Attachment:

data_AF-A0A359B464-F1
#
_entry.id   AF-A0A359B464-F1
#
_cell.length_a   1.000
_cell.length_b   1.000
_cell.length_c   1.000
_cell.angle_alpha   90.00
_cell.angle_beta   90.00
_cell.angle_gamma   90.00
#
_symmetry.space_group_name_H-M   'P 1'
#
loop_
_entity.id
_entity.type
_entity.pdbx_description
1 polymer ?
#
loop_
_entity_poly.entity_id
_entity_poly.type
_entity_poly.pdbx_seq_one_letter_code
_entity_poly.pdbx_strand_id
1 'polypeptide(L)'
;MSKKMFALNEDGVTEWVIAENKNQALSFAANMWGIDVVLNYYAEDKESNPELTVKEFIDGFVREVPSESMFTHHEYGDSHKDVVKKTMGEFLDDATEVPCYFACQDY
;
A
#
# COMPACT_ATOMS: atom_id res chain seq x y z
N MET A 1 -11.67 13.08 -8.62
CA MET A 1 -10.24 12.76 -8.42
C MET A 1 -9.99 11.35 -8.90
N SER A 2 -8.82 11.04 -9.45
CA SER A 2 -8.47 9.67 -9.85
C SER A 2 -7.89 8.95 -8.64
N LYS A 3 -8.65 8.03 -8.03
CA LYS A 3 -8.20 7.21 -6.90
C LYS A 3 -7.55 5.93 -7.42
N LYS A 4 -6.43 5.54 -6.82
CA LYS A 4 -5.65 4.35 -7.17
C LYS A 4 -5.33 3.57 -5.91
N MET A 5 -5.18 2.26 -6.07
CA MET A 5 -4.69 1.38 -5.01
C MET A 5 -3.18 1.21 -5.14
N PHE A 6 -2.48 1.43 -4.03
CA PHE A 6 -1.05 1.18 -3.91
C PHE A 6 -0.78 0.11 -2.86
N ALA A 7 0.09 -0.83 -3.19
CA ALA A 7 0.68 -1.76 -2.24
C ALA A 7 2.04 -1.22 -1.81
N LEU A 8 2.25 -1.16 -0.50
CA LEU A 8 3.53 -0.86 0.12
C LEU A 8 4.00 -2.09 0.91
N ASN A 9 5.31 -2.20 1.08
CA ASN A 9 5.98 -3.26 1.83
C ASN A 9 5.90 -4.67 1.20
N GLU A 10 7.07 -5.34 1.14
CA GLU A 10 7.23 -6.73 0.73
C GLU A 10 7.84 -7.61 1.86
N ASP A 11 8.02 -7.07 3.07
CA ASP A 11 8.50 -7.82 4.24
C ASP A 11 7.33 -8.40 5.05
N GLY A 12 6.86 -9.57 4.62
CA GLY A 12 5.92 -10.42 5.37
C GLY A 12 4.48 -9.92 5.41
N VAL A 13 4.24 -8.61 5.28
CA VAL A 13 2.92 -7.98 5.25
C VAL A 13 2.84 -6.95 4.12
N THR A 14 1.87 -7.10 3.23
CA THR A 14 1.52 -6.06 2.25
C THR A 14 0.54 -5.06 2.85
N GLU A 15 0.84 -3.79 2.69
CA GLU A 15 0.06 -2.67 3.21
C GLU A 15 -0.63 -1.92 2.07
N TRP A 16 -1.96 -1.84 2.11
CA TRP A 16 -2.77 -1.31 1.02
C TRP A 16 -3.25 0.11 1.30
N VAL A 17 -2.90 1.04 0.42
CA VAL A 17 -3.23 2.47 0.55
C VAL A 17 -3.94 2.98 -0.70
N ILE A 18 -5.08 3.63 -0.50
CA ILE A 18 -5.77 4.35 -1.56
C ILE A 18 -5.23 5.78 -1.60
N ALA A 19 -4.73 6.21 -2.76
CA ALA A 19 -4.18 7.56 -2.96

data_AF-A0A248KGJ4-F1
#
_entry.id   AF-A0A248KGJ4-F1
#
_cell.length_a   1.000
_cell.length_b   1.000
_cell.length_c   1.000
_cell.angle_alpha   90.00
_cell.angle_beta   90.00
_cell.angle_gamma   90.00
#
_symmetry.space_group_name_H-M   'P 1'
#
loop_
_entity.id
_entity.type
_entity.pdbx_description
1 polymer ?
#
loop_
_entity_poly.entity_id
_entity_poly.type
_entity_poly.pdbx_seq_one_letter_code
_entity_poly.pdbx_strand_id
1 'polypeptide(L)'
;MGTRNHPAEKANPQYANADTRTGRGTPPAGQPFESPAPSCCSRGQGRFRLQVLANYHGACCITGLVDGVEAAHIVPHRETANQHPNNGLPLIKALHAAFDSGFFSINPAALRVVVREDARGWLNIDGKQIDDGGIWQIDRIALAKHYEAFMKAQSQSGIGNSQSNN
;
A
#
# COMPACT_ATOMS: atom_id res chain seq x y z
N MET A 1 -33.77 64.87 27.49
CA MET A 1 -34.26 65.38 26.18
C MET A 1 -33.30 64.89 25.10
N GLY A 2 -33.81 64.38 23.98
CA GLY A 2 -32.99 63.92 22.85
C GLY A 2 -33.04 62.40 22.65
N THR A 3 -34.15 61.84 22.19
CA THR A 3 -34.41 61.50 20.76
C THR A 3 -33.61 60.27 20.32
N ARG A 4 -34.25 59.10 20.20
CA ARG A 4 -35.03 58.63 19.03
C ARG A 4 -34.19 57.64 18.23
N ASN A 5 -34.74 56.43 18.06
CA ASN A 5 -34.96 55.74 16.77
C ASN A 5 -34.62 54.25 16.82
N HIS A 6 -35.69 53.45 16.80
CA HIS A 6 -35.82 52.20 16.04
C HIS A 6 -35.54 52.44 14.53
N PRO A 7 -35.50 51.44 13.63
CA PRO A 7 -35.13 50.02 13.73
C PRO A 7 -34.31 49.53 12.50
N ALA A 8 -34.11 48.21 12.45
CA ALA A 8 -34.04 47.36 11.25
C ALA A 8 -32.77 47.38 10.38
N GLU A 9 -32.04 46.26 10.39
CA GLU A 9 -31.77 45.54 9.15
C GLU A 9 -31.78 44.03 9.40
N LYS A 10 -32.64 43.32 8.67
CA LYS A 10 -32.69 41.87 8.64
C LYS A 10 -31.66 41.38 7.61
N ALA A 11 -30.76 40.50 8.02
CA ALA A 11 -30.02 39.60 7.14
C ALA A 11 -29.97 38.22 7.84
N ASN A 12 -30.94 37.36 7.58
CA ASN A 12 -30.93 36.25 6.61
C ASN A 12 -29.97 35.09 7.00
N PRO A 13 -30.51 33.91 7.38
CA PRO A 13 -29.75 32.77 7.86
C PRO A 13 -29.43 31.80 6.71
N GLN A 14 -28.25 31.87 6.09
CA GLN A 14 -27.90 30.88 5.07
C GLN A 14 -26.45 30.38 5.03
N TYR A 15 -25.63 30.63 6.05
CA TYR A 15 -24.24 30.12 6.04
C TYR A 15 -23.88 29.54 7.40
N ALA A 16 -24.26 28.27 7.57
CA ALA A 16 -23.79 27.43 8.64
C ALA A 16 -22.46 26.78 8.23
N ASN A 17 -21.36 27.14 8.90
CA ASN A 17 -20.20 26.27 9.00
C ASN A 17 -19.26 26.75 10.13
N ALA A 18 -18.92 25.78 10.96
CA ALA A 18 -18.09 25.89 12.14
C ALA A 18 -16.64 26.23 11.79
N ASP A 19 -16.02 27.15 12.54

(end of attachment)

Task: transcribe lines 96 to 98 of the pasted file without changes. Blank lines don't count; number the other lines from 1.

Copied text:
_cell.angle_gamma   90.00
#
_symmetry.space_group_name_H-M   'P 1'